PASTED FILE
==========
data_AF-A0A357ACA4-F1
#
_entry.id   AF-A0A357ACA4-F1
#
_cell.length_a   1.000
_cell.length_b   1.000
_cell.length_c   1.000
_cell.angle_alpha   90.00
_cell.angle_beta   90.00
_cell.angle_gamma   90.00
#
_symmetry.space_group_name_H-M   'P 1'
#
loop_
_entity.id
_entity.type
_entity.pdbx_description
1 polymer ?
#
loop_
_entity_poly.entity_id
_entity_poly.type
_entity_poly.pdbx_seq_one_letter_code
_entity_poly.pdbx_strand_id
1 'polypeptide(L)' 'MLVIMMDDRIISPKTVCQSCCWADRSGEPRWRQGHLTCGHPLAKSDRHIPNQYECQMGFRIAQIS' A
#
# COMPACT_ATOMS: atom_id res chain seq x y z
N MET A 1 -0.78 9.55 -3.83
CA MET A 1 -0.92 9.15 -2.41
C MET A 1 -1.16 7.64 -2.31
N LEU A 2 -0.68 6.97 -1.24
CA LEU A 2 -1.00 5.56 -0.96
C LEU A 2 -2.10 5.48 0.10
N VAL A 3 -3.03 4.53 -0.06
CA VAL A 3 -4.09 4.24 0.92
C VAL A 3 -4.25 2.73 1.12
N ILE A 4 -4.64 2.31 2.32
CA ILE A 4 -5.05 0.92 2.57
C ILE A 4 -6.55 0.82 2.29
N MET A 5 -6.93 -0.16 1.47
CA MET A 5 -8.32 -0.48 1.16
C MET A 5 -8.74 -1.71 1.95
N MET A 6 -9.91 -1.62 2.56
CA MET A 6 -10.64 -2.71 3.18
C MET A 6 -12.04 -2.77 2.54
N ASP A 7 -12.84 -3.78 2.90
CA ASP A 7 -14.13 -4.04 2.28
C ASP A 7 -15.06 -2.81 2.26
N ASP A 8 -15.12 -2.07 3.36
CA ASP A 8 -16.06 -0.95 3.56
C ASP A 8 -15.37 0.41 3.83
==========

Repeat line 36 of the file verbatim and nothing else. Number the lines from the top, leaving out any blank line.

C VAL A 3 -4.25 2.73 1.12